13. D506 - August 22, 2013

@João GW2 promised a revolution, but gave us more of the same. EQN is promising one now, but I’m not holding my breath. If GW2 making a good profit is a hint the the sub model is risky, what does WoWs obscene profits say about the f2p model?

Some of the largest and longest running MMOs (WoW, EVE) are still subscription based. There is no definitive evidence that F2P games are inherently less risky or more profitable than sub games. Sure, everyone says their F2P conversation was wildly successful, but so did CoH right until they closed the door.

14. The Cynic Dialogues Elder Scrolls Online & The Subscription Model - August 22, 2013

[…] because they are largely in response to these; Tobold says this, while The Ancient Gaming Noob says this, finally Party Business had this to […]

15. NetherLands - August 22, 2013

Perhaps it helps if I put it this way.

Say you have Game A and Game B (any similarity to actual games is purely coincedental. Really)

Game A is F2P, allows someone to do all the levelling content without paying a dime, and besides some cheap bips and bops that are mostly Vanity items only charges money for doing the content most people don’t end up doing anyway (ie Raid content).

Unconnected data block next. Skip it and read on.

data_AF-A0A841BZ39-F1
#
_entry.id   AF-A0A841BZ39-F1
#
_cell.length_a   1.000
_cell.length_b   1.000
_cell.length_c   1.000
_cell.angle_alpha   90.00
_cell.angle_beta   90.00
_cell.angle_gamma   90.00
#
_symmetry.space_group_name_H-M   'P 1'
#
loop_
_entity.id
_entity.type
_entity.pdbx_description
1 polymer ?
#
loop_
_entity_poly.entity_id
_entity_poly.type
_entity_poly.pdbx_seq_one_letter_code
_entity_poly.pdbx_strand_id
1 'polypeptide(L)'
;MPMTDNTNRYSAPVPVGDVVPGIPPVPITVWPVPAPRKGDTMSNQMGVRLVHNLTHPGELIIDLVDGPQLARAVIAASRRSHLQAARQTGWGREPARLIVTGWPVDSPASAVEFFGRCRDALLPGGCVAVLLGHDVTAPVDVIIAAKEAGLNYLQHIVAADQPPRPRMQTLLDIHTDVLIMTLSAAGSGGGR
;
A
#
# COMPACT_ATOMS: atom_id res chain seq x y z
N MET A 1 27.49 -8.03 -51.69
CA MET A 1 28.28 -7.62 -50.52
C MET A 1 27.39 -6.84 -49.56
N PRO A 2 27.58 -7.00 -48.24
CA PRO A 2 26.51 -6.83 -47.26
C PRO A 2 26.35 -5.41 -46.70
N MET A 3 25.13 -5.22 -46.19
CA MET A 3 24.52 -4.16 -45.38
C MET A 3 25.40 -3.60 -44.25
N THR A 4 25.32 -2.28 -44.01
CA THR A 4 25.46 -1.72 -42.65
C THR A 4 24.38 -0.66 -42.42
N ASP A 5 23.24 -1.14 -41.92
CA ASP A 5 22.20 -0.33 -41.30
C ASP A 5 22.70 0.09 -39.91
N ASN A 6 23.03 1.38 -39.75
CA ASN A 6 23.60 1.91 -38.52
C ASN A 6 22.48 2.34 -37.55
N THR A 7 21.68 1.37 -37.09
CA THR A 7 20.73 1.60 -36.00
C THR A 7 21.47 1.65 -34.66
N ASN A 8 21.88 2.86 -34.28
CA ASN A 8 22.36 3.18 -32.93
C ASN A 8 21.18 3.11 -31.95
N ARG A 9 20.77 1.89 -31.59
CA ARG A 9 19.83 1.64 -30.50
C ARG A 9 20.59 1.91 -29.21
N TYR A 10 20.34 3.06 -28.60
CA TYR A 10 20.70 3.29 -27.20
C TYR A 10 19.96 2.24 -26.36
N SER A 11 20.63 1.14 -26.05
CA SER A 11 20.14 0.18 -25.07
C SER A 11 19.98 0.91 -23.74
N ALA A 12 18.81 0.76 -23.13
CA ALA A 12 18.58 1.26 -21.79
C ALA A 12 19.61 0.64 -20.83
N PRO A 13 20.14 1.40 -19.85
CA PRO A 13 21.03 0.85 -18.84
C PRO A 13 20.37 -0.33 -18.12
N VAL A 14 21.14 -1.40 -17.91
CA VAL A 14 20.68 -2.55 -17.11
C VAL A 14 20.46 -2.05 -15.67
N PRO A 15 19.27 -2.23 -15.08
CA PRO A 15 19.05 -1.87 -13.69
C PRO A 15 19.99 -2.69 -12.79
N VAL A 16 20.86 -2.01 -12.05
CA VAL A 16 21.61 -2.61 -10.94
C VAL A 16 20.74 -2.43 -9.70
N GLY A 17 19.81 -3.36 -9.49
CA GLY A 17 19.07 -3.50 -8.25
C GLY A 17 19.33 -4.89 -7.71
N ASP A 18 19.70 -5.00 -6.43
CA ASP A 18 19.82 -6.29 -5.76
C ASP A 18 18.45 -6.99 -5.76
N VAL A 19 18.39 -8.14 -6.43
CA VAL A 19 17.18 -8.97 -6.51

Game B is a subscription game, charges money for accessing all the content including the levelling content that gets thrown off kilter more every Expansion that gets lobbed atop of it, and uses the subscription money solely for providing free Raid content Patches despite most subscribers never doing Raid content with any regularity.

How exactly is Game A less accessible and more ‘stingy’ with its content – coin ratio than Game B?

The point where you have to pony up to play (paywall) is reached evidently much later with Game A than with Game B, Game B starts asking for payment right of the bat while Game A only at a certain, later point.

I’m seriously puzzled, when did looking a gift-horse in the mouth become standard behaviour :?

16. Wilhelm Arcturus - August 22, 2013

@NetherLands – I think you are making a huge stretch there in portraying things as otherwise equal, aside from who pays how much when. Not all costs are measured in dollars and cents.